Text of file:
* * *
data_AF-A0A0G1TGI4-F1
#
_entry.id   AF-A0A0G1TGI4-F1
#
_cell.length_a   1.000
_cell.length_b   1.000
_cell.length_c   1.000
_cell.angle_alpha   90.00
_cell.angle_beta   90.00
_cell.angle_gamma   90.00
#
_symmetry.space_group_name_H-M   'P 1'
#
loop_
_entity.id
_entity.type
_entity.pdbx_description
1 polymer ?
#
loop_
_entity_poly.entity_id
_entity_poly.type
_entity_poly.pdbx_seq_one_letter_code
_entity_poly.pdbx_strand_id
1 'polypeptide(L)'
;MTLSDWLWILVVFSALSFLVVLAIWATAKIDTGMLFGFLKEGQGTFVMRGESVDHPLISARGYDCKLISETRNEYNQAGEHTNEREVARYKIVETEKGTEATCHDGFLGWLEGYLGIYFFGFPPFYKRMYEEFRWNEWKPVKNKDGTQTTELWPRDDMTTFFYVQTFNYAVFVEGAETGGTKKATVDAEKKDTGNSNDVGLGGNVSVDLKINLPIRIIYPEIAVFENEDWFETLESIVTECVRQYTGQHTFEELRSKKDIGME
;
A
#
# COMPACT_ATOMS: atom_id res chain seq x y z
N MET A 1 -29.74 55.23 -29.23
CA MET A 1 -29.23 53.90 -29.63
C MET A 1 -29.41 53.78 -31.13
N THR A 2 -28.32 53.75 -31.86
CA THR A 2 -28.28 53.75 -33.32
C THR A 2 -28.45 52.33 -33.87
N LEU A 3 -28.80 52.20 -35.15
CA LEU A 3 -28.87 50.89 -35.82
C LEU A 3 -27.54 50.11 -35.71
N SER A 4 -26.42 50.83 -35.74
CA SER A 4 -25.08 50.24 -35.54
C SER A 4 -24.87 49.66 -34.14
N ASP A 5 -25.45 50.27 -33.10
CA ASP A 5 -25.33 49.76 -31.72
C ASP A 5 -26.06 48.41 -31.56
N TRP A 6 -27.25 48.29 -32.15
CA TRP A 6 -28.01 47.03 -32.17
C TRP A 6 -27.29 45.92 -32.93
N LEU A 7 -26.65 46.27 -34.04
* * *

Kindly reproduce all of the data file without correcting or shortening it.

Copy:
data_AF-A0A0G1TGI4-F1
#
_entry.id   AF-A0A0G1TGI4-F1
#
_cell.length_a   1.000
_cell.length_b   1.000
_cell.length_c   1.000
_cell.angle_alpha   90.00
_cell.angle_beta   90.00
_cell.angle_gamma   90.00
#
_symmetry.space_group_name_H-M   'P 1'
#
loop_
_entity.id
_entity.type
_entity.pdbx_description
1 polymer ?
#
loop_
_entity_poly.entity_id
_entity_poly.type
_entity_poly.pdbx_seq_one_letter_code
_entity_poly.pdbx_strand_id
1 'polypeptide(L)'
;MTLSDWLWILVVFSALSFLVVLAIWATAKIDTGMLFGFLKEGQGTFVMRGESVDHPLISARGYDCKLISETRNEYNQAGEHTNEREVARYKIVETEKGTEATCHDGFLGWLEGYLGIYFFGFPPFYKRMYEEFRWNEWKPVKNKDGTQTTELWPRDDMTTFFYVQTFNYAVFVEGAETGGTKKATVDAEKKDTGNSNDVGLGGNVSVDLKINLPIRIIYPEIAVFENEDWFETLESIVTECVRQYTGQHTFEELRSKKDIGME
;
A
#
# COMPACT_ATOMS: atom_id res chain seq x y z
N MET A 1 -29.74 55.23 -29.23
CA MET A 1 -29.23 53.90 -29.63
C MET A 1 -29.41 53.78 -31.13
N THR A 2 -28.32 53.75 -31.86
CA THR A 2 -28.28 53.75 -33.32
C THR A 2 -28.45 52.33 -33.87
N LEU A 3 -28.80 52.20 -35.15
CA LEU A 3 -28.87 50.89 -35.82
C LEU A 3 -27.54 50.11 -35.71
N SER A 4 -26.42 50.83 -35.74
CA SER A 4 -25.08 50.24 -35.54
C SER A 4 -24.87 49.66 -34.14
N ASP A 5 -25.45 50.27 -33.10
CA ASP A 5 -25.33 49.76 -31.72
C ASP A 5 -26.06 48.41 -31.56
N TRP A 6 -27.25 48.29 -32.15
CA TRP A 6 -28.01 47.03 -32.17
C TRP A 6 -27.29 45.92 -32.93
N LEU A 7 -26.65 46.27 -34.04